Given the paper's reputation for muck raking, pop stars were initially reluctant to be involved, but the good cause at the heart of the single won out. Dubbed Ferry Aid, the ensemble reached number 1 in the UK, but only just made the Australian top 30, probably because many of the performers (like Nick Kamen, Jaki Graham, Level 42's Mark King and Ben Volpeliere-Pierrot from Curiosity Killed The Cat) weren't that well known here and the tragedy didn't have the same impact as it did in the UK.
Number 34 "Roll It On Robbie" by Redgum
Peak: number 34
In April 1987, the infamous Grim Reaper safe sex advertisement had debuted on Australian TV, shocking the country into awareness about the AIDS epidemic. Folk rock band Redgum took a different approach to encouraging condom use. Telling people to "roll it on Robbie" and "slip it on Sam", the lyrics were direct but friendly: "It's a shower and a raincoat, my bald-headed friend... Cause if you're looking down the barrel, you're going to get shot". Ironically, it was the band that died off, with "Roll It On Robbie" proving to be their final single.
Peak: number 1
Whitney Houston (and her record company) must've been pretty happy with how her debut album had been received. And so to follow it up, it was pretty much business as usual - down to calling it Whitney instead of Whitney Houston. Many of the same songwriters and producers were enlisted, including George Merrill and Shannon Rubicam (aka Boy Meets Girl), who'd penned her only upbeat hit to date, "How Will I Know".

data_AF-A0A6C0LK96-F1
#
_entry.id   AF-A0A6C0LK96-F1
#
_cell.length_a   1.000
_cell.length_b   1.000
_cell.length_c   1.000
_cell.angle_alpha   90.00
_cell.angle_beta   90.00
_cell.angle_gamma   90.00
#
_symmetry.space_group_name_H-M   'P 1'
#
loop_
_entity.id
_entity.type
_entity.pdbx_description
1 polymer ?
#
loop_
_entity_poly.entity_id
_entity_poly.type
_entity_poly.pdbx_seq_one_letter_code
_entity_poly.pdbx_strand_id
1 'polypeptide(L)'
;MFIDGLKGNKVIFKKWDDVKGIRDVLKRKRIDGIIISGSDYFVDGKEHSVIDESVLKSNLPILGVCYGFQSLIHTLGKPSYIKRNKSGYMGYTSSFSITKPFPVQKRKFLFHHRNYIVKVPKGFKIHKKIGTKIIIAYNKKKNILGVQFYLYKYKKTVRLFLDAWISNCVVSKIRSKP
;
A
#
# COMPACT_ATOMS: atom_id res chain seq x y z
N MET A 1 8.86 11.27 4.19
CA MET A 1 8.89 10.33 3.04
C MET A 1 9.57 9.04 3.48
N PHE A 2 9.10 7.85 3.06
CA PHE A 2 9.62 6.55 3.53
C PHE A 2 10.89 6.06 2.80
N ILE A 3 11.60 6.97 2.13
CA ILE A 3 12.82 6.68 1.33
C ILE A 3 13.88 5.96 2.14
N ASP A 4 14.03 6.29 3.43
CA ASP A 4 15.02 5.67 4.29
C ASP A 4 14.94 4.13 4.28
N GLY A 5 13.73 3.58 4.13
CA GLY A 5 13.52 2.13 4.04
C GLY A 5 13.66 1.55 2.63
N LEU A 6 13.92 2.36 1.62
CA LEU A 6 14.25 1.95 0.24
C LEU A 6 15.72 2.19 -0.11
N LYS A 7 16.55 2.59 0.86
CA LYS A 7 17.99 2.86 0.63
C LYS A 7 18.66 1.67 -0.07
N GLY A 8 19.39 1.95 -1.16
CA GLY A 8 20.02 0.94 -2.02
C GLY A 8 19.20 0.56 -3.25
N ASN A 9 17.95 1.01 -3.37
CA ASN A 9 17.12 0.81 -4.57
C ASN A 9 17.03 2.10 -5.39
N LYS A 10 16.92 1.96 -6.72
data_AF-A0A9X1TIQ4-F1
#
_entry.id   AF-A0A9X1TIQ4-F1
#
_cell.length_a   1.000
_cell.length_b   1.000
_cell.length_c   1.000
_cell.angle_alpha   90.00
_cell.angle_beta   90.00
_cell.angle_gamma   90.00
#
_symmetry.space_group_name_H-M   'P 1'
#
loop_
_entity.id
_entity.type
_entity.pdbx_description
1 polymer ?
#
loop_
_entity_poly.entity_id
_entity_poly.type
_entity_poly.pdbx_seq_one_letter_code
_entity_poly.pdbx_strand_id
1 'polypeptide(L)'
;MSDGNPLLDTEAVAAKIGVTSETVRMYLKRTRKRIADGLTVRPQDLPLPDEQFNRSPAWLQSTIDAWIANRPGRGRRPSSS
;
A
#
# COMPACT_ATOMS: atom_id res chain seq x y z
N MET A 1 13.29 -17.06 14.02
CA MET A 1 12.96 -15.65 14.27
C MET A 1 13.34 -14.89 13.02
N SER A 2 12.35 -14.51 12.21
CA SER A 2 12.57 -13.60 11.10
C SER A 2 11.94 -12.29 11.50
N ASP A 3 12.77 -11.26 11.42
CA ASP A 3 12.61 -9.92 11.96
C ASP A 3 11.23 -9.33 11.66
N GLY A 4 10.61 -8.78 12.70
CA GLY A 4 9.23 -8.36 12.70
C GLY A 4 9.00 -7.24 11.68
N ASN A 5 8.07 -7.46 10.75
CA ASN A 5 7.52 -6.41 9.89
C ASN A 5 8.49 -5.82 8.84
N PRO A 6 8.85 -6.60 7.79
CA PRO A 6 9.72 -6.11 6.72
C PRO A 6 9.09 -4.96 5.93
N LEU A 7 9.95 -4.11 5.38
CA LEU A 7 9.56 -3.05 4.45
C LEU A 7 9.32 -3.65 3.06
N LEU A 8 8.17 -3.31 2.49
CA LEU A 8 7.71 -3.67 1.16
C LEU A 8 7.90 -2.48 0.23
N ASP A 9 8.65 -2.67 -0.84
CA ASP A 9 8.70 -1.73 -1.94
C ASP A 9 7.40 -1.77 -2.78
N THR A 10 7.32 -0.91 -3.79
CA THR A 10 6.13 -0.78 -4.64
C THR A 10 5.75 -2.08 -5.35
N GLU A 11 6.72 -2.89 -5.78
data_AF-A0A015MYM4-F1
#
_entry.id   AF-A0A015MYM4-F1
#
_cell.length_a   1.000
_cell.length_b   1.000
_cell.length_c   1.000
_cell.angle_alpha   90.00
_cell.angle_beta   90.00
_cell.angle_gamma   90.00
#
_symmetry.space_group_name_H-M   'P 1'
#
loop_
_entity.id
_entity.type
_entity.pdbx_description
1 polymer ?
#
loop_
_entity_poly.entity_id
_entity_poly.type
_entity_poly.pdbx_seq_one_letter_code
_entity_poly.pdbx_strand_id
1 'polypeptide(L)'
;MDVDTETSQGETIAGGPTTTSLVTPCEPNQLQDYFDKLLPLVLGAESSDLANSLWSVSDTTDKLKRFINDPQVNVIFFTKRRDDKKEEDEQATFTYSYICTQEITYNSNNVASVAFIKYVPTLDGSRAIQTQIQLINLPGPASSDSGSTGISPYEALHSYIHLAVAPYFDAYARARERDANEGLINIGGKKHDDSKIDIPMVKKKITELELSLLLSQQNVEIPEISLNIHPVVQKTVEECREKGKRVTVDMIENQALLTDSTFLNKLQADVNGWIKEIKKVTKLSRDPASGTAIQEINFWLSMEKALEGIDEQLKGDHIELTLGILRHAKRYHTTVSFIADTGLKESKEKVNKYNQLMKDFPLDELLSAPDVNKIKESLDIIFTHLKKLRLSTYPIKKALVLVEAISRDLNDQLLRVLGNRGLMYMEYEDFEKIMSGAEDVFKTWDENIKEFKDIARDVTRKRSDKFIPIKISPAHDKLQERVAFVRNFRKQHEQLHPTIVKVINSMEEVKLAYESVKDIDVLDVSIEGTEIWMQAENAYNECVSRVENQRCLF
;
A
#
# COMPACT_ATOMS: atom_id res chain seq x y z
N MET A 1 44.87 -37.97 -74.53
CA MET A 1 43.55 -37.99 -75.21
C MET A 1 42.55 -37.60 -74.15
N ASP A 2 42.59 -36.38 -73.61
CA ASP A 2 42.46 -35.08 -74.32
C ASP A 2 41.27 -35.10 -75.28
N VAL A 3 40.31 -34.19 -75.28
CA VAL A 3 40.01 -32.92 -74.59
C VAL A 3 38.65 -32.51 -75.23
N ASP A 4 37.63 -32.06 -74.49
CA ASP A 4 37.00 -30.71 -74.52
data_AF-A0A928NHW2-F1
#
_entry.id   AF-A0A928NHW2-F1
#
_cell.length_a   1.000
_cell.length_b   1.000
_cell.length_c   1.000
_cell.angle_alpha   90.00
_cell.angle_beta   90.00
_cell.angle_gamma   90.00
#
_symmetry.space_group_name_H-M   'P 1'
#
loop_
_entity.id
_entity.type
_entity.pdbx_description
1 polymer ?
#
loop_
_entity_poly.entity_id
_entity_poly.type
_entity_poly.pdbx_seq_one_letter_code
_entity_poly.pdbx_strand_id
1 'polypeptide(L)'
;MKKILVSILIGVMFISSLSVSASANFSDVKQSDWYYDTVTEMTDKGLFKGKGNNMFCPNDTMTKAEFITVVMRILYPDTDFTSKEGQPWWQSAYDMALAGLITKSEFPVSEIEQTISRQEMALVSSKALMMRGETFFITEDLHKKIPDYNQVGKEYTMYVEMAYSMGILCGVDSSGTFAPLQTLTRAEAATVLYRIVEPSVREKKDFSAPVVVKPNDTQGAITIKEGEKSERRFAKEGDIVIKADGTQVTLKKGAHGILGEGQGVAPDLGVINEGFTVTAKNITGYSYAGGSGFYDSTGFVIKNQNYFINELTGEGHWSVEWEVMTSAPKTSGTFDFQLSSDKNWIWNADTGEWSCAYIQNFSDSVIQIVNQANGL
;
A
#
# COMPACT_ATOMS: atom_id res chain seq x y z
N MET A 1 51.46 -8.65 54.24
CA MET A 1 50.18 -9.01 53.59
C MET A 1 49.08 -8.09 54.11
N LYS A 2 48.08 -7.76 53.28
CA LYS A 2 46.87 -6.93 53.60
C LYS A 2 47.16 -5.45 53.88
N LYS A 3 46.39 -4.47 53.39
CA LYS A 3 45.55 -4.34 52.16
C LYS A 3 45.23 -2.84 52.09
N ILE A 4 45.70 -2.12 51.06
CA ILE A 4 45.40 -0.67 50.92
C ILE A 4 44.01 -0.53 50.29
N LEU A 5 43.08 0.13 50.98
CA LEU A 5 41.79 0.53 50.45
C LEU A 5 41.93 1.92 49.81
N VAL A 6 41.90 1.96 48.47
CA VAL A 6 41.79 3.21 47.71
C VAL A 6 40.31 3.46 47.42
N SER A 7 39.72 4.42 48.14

Asked to come up with a song for Whitney the husband-and-wife duo delivered "I Wanna Dance With Somebody (Who Loves Me)" - literally. George took the finished demo to the airport to hand it over to Whitney's A&R guy, Clive Davis, saying that if he didn't want it for Whitney, they'd record it for their own album. Needless to say, Clive liked what he heard - and, when it was released as the lead single from Whitney, so too did the singer's fans, who sent it charging into the chart at number 13 on the way to five weeks at number 1.
Listen to this week's new entries on my Spotify playlist of all the top 50 hits from 1987:
Next week: another future chart-topper from a duo that featured on Ferry Aid, plus the solo debut of a singer from an under-rated late '70s/early '80s funk group. And, the only hit from 1987 - or any year? - named after an assassinated US president.